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Intrapartum tests for group B streptococcus: accuracy and acceptability of screening
Article first published online: 13 OCT 2010
© 2010 The Authors Journal compilation © RCOG 2010 BJOG An International Journal of Obstetrics and Gynaecology
BJOG: An International Journal of Obstetrics & Gynaecology
Special Issue: Infections in Pregnancy
Volume 118, Issue 2, pages 257–265, January 2011
How to Cite
Daniels, J., Gray, J., Pattison, H., Gray, R., Hills, R., Khan, K. and on behalf of the GBS Collaborative Group (2011), Intrapartum tests for group B streptococcus: accuracy and acceptability of screening. BJOG: An International Journal of Obstetrics & Gynaecology, 118: 257–265. doi: 10.1111/j.1471-0528.2010.02725.x
- Issue published online: 15 DEC 2010
- Article first published online: 13 OCT 2010
- Accepted 11 August 2010. Published Online 13 October 2010.
- Group B streptococcus;
- intrapartum prophylactic antibiotics;
Please cite this paper as: Daniels J, Gray J, Pattison H, Gray R, Hills R, Khan K on behalf of the GBS Collaborative Group. Intrapartum tests for group B streptococcus: accuracy and acceptability of screening. BJOG 2011;118:257–265.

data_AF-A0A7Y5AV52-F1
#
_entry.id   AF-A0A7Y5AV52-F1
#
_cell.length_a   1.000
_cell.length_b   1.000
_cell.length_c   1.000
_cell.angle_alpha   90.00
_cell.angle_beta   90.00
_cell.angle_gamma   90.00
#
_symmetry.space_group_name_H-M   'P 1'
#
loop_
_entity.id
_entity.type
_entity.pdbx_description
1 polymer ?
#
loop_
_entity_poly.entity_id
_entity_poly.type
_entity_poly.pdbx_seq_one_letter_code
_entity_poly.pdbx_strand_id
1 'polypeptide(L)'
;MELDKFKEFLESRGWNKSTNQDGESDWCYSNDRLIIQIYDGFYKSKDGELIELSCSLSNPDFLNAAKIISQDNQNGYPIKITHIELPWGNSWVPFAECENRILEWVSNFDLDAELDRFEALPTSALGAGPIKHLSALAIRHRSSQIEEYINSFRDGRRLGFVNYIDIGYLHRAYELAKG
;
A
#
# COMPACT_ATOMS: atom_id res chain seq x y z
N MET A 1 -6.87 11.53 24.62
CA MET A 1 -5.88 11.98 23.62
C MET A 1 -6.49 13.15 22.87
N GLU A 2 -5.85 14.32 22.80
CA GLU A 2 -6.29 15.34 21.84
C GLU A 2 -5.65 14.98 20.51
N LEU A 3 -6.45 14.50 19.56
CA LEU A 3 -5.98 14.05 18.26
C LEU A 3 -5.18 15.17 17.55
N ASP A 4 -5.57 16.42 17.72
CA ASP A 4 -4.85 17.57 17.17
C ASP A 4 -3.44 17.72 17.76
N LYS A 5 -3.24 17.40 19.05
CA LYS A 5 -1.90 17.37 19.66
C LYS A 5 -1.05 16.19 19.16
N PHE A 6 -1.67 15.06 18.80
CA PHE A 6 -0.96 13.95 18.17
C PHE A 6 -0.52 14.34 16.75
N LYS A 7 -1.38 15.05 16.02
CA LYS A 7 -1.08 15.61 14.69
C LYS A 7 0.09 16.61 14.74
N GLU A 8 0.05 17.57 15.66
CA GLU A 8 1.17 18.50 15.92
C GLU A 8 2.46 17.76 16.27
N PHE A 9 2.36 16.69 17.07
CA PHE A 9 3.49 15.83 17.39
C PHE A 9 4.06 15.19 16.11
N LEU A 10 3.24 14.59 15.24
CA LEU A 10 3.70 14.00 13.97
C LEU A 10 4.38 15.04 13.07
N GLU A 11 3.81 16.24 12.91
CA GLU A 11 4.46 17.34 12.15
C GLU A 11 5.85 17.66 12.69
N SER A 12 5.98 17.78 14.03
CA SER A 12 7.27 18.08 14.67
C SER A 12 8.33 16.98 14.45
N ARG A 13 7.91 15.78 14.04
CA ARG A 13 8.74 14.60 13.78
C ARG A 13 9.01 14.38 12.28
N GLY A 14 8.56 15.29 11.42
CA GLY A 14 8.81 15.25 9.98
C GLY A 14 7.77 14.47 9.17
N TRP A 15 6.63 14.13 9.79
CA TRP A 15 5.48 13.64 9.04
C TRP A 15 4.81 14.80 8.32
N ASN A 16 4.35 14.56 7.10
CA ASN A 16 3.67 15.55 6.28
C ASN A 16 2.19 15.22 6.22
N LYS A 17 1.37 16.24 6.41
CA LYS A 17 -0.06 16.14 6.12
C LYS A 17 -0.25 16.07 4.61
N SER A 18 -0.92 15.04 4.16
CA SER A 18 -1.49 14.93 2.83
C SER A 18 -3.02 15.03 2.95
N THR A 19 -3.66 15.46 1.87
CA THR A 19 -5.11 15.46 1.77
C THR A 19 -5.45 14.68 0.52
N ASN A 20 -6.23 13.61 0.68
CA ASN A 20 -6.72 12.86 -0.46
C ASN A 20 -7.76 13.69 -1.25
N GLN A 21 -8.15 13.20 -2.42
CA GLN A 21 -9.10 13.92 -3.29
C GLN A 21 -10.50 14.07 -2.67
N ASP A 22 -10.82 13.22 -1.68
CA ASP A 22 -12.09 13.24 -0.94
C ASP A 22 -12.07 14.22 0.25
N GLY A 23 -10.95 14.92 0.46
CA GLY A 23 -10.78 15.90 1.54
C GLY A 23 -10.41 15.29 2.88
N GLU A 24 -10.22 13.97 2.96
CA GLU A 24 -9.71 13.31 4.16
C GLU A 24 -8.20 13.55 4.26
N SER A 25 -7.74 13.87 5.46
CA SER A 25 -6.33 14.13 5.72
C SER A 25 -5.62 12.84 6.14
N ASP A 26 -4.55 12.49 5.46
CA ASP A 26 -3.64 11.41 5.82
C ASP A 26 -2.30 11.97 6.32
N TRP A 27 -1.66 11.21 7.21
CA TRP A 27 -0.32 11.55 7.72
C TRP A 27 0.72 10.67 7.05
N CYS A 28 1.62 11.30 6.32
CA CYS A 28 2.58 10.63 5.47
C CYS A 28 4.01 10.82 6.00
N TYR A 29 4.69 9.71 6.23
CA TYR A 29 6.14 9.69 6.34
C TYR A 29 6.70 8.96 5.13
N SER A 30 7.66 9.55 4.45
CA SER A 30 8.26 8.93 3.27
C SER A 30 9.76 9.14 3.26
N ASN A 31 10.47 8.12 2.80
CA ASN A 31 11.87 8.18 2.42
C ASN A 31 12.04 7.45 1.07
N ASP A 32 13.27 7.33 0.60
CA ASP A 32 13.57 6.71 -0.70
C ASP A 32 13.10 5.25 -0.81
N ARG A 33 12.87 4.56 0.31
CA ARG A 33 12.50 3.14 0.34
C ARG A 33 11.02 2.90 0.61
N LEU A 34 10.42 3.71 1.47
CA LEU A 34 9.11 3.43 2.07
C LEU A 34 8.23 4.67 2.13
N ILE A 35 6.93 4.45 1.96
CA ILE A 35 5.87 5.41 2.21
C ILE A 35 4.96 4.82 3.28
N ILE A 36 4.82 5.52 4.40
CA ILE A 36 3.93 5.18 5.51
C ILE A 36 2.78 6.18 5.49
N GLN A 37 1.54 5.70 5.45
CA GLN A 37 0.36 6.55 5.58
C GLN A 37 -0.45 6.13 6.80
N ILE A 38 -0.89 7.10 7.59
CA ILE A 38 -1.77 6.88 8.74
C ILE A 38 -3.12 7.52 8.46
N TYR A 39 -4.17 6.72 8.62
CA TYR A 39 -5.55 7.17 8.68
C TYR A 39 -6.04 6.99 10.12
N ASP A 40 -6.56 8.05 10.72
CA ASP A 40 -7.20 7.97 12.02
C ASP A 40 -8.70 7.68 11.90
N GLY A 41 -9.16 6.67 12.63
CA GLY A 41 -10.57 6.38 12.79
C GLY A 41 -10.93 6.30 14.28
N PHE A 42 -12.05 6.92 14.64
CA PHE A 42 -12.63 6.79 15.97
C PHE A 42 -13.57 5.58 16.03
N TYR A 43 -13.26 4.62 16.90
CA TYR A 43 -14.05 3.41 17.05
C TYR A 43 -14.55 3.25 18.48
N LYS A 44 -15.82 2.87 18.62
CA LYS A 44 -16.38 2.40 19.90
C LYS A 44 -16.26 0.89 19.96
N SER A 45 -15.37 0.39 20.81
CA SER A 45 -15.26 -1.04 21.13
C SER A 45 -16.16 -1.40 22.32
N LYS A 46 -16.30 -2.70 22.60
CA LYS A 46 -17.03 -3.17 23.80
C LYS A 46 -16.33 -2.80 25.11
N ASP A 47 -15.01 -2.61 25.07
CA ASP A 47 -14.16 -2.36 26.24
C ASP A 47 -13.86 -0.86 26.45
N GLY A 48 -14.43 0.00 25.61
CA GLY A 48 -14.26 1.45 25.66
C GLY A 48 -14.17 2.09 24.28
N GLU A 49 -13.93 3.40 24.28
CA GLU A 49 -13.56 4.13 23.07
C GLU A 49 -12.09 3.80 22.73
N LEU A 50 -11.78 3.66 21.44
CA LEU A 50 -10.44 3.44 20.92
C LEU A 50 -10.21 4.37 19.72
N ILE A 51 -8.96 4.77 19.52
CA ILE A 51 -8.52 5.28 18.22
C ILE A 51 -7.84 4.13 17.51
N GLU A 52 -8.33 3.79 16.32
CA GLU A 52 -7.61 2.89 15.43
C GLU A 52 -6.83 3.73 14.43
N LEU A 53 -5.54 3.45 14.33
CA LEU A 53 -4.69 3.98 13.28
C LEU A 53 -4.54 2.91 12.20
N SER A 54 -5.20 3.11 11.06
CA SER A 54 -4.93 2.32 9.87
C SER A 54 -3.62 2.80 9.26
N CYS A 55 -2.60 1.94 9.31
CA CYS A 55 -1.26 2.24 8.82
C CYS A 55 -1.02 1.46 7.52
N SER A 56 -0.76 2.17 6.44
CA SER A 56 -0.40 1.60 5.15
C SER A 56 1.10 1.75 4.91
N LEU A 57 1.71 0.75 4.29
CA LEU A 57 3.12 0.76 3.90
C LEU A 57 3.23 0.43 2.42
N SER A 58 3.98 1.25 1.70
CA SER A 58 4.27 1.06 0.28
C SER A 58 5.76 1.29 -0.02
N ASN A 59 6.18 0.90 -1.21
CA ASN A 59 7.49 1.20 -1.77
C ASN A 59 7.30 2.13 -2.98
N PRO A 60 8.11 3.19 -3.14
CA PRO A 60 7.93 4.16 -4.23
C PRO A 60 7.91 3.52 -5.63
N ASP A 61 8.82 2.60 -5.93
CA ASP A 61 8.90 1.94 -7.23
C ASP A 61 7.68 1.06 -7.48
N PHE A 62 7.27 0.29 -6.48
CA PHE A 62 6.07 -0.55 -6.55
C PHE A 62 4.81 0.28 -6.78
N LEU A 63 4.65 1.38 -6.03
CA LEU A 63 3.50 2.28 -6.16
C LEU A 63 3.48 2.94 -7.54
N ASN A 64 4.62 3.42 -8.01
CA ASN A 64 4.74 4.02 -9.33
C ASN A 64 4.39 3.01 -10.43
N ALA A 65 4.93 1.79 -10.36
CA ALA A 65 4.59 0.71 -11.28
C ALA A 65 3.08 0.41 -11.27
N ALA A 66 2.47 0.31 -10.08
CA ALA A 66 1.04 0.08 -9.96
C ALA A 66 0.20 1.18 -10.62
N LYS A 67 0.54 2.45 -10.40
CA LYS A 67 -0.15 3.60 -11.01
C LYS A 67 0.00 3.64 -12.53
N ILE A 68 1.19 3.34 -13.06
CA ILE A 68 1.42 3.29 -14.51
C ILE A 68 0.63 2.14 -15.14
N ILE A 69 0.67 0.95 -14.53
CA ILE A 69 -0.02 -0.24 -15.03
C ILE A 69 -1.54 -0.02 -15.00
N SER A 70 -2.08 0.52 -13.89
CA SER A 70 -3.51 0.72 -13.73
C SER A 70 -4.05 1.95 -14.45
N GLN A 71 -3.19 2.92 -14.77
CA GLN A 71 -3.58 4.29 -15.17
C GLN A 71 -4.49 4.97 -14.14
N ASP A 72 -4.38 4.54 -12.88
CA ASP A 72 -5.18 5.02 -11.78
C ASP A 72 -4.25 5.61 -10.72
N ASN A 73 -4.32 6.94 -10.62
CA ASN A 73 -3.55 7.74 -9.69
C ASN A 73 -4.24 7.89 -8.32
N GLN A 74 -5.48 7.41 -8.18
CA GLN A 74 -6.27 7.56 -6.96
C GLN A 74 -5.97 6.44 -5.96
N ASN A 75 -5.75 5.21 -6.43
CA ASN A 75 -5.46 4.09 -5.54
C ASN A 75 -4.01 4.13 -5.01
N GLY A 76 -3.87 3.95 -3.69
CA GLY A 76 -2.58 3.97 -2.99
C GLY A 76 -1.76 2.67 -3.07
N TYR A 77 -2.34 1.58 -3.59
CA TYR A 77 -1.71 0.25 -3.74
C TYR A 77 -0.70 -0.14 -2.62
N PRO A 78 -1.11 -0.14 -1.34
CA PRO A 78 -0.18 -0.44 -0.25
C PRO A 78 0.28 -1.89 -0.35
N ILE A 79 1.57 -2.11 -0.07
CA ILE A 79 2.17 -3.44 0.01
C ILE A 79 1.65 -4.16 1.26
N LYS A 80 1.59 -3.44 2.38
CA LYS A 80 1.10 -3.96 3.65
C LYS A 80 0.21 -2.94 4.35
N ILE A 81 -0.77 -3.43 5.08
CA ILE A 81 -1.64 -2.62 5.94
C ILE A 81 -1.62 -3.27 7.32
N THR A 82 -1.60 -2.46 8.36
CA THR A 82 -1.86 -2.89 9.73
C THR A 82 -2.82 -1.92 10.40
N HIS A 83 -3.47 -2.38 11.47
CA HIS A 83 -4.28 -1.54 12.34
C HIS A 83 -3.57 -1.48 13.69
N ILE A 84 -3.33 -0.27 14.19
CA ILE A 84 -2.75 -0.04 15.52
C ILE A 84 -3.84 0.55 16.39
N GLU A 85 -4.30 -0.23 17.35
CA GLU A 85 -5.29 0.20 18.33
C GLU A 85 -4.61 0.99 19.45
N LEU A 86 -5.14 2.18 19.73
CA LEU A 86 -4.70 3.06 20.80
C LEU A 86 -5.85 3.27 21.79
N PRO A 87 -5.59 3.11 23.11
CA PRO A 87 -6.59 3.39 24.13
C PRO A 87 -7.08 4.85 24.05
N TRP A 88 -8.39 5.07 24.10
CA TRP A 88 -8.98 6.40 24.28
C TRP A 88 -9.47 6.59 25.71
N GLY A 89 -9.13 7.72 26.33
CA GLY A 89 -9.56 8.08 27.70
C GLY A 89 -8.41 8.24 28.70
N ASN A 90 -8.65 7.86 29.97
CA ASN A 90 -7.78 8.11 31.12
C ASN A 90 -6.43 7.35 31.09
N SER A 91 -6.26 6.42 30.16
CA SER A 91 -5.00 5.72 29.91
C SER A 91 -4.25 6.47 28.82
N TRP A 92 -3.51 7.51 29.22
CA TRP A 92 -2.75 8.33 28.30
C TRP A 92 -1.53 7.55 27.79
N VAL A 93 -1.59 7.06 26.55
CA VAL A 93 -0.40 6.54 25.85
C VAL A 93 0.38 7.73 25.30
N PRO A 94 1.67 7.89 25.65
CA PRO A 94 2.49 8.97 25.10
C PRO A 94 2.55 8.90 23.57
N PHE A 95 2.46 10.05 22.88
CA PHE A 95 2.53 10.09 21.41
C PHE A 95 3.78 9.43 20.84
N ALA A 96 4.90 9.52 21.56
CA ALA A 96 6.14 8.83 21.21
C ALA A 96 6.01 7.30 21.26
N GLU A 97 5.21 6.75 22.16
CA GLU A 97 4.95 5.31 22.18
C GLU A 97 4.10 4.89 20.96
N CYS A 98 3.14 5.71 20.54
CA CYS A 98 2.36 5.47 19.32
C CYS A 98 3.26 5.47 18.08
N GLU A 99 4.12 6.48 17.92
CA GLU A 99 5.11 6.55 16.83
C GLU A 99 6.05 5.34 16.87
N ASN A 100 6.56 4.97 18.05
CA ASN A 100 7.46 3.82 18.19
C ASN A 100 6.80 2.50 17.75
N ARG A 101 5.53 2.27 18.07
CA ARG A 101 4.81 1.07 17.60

Objective To assess the accuracy and acceptability of polymerase chain reaction (PCR) and optical immunoassay (OIA) tests for the detection of maternal group B streptococcus (GBS) colonisation during labour, comparing their performance with the current UK policy of risk factor-based screening.
Design Diagnostic test accuracy study.
Setting and population Fourteen hundred women in labour at two large UK maternity units provided vaginal and rectal swabs for testing.
Methods The PCR and OIA index tests were compared with the reference standard of selective enriched culture, assessed blind to index tests. Factors influencing neonatal GBS colonisation were assessed using multiple logistic regression, adjusting for antibiotic use. The acceptability of testing to participants was evaluated through a structured questionnaire administered after delivery.
Main outcome measures The sensitivity and specificity of PCR, OIA and risk factor-based screening.
Results Maternal GBS colonisation was 21% (19–24%) by combined vaginal and rectal swab enriched culture. PCR test of either vaginal or rectal swabs was more sensitive (84% [79–88%] versus 72% [65–77%]) and specific (87% [85–89%] versus 57% [53–60%]) than OIA (P < 0.001), and far more sensitive (84 versus 30% [25–35%]) and specific (87 versus 80% [77–82%]) than risk factor-based screening (P < 0.001). Maternal antibiotics (odds ratio, 0.22 [0.07–0.62]; P = 0.004) and a positive PCR test (odds ratio, 29.4 [15.8–54.8]; P < 0.001) were strongly related to neonatal GBS colonisation, whereas risk factors were not (odds ratio, 1.44 [0.80–2.62]; P = 0.2).
Conclusion Intrapartum PCR screening is a more accurate predictor of maternal and neonatal GBS colonisation than is OIA or risk factor-based screening, and is acceptable to women.